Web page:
A lost opportunity. That's what I thought when I read about the thousands who turned out in Pontiac over the weekend for a chance at a job as an extra in the movie Oz.
The movie just got in under the wire, being approved for Michigan's film incentive program before Rick Snyder axed it because it doesn't fit with his ideology of ending taxes for every business in hopes one of them will create a job someday, but hey, no promises.
Snyder threw away a lot when he ended the program, or gutted it so that the movie industry cannot rely on it. He threw away a chance to continue creating a brand new industry for the state that would counterbalance the auto industry; a way to keep young people in the state who have special talents; a way to create a new image for the state instead of the old, out-dated Rust Belt image. The change was just starting to take hold with the location of studios here that would provide steady jobs through post-production work as well as filming, but Snyder pulled the rug out from under them.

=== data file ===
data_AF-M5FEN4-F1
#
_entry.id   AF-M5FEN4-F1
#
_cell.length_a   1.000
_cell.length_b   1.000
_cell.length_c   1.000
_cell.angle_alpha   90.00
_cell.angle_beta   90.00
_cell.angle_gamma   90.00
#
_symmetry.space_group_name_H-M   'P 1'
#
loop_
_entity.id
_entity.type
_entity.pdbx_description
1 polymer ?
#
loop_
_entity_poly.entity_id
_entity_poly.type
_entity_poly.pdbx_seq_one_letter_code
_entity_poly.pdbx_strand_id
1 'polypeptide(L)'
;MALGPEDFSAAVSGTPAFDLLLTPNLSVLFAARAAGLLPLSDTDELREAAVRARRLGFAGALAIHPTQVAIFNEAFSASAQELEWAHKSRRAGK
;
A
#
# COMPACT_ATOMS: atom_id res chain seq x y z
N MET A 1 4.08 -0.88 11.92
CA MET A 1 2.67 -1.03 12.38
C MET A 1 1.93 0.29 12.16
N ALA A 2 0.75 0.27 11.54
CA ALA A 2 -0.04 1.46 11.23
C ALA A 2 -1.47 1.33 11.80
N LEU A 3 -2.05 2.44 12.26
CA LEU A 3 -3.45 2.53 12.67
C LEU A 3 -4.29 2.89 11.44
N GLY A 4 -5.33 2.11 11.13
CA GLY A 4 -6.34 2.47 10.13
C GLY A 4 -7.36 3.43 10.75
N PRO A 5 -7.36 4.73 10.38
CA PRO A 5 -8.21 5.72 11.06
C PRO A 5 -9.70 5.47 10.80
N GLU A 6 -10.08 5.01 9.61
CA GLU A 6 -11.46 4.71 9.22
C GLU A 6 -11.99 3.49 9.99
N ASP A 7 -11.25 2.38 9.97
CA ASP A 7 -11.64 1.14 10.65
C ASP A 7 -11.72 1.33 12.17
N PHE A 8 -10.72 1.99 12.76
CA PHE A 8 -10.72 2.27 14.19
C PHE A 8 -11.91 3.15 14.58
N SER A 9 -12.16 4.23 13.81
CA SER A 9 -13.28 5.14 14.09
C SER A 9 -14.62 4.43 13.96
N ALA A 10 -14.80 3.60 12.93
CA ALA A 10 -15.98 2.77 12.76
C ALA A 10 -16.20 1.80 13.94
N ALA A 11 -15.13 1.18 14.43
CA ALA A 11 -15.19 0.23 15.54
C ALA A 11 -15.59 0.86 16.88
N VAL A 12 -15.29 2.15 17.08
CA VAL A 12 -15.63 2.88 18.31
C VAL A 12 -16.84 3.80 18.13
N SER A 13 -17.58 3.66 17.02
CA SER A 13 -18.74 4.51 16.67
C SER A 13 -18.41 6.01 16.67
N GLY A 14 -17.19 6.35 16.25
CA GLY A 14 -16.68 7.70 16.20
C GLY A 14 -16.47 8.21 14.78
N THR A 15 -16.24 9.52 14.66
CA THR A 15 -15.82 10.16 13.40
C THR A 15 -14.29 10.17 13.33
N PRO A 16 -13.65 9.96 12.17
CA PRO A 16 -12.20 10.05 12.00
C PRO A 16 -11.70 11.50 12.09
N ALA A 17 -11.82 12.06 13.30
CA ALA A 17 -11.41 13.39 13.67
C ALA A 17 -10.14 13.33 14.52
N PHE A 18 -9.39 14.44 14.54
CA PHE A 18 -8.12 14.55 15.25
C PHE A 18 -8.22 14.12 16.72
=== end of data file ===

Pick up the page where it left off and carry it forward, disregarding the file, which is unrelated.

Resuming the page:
It wasn't financial. The state now has millions of dollars pouring into the treasury that it wasn't planning on and can clearly afford the incentives.
So what were they thinking when they decided to throw away this chance to build a new industry? Was it strictly ideological -- the unfounded belief that government shouldn't have any role in helping industries thrive, even though it clearly does that all the time?
Or was it strictly political? Do Republicans hate Hollywood that much because of its tendency to support Democratic candidates? Do they hate the fact that many of the long-term jobs would be unionized?
Whatever it was -- ideological or political -- it was foolish beyond belief.